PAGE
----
"I told him briefly that it was impossible. The nature of his wound was such that it was clearly the work of an assassin. In a certain sense we were the upholders of the law on the island, and I pointed this out to him sternly. He only shook his head and closed his eyes. Neither then nor at any other time could I gain from him one single word as to his doings on that night. He would tell me nothing."
"You saw him going toward the castle," Paul interrupted. "Did you make inquiries there?"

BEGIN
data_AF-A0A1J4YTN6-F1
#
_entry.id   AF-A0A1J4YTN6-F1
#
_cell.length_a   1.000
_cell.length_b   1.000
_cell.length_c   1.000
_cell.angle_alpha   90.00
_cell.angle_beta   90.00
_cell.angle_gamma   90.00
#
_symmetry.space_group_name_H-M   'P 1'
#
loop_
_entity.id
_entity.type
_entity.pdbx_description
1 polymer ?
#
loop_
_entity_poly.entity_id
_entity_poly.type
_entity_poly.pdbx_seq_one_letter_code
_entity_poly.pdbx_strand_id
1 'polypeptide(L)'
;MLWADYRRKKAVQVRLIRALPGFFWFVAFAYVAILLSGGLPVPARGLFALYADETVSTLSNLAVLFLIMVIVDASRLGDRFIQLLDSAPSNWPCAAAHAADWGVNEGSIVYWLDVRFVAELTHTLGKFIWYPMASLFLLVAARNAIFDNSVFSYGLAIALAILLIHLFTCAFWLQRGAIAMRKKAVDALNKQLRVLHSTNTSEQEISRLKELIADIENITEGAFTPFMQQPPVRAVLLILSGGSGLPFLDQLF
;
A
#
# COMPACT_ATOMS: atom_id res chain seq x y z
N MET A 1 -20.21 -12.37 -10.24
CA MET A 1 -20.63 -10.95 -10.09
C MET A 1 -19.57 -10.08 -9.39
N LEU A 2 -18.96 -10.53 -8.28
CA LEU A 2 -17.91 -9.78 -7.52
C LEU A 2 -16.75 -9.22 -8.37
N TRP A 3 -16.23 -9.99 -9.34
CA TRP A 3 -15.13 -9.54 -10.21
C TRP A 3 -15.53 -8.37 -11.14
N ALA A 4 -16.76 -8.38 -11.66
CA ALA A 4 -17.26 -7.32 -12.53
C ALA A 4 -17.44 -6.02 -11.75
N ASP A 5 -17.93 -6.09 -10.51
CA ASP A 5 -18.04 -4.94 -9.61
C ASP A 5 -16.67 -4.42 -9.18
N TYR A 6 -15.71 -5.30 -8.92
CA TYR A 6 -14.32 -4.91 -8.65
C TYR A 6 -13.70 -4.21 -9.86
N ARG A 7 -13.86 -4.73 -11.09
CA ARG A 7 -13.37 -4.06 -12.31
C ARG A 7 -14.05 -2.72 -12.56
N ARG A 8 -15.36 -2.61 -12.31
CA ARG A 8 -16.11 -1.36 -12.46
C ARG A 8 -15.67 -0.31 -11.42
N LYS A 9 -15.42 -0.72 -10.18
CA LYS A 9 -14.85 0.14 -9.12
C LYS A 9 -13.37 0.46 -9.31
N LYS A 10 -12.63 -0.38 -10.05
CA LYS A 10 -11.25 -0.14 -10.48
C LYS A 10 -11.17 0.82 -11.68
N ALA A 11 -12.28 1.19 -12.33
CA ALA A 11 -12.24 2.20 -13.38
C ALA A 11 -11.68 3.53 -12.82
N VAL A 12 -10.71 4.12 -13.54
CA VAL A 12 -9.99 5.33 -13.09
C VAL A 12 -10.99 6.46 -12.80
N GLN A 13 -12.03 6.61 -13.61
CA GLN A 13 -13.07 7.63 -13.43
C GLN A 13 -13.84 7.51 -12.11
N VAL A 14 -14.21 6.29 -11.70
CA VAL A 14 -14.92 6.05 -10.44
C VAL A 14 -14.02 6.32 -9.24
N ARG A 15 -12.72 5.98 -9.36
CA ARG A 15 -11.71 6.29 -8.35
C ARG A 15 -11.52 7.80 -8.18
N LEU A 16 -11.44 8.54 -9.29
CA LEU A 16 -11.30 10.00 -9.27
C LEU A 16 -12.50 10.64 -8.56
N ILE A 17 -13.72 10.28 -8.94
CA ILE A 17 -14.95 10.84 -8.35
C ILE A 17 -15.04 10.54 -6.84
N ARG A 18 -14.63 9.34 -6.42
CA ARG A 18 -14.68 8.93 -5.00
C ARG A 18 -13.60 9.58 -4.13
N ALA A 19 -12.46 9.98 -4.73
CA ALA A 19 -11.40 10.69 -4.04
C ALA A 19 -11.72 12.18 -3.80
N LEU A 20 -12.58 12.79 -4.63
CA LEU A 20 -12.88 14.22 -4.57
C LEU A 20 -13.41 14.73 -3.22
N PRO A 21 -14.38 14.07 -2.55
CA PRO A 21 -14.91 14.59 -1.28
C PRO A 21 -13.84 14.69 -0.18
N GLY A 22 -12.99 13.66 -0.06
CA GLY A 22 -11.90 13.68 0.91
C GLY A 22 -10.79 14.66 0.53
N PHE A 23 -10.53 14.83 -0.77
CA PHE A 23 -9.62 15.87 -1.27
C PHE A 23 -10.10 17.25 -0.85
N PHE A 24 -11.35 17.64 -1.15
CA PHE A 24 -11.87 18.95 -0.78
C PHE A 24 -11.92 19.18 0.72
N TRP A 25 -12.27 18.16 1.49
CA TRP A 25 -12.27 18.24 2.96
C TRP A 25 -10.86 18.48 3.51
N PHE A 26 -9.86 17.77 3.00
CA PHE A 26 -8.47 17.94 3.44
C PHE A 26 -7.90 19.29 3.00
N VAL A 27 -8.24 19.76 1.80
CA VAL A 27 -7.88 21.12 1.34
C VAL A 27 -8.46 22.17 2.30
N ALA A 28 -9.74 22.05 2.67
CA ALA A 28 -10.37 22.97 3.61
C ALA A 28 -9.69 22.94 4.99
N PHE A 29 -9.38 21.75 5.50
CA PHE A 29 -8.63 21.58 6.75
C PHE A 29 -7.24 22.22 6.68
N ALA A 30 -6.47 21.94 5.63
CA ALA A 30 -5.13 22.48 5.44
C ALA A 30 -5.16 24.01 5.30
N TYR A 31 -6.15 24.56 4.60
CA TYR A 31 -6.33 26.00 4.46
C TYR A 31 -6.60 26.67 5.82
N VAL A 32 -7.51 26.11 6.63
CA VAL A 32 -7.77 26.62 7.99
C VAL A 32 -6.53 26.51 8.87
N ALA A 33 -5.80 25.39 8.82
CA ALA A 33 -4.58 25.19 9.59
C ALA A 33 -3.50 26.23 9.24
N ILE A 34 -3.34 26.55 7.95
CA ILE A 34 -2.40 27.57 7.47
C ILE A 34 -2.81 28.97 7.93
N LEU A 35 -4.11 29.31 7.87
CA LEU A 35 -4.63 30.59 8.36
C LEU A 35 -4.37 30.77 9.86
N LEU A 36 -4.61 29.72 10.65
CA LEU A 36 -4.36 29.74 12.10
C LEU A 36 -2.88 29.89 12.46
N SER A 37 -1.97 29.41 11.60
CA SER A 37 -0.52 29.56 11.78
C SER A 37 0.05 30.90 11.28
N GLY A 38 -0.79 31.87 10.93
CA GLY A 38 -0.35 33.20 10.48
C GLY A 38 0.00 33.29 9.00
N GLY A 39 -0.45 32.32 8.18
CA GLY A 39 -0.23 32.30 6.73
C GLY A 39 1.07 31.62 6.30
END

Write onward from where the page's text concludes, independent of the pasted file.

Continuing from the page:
The priest shook his head slowly. "No, I made no inquiries," he answered. "It was no matter for my interference. The castle, although it is a huge place, was deserted save for a few native servants, whose patois was unintelligible to me. There were only two who dwelt there—the old Count himself, and one other—to whom I could have gone. Several nights after your father's illness I left the monastery, and tried to see the Count. He would not even have me admitted, and on my return, your father, who had guessed the reason of my absence, sent for me. He judged of the ill success of my mission, by my face, and he instantly appeared relieved. He then called me to the bedside, and made me an offer. He would give me, as a further contribution to our exhausted funds, a large sum of money on this condition—that I took no further steps in any direction towards ascertaining the nature of his accident, as he chose to call it, and that I should not mention it to you as the cause of his illness, or refer to it in any way if you arrived while he was there. I hesitated for some time, but in the end I consented. The money in itself was a great temptation—you see, I am frank with you—and, apart from that, your father at that time was on the verge of his fever, and at such a critical time I feared the ill results of not falling in with his wishes. So I promised, and I kept my promise; no one—not even you—knew that he died from that dagger thrust, and during the remainder of my stay on the island, I asked no questions concerning his visit to the castle."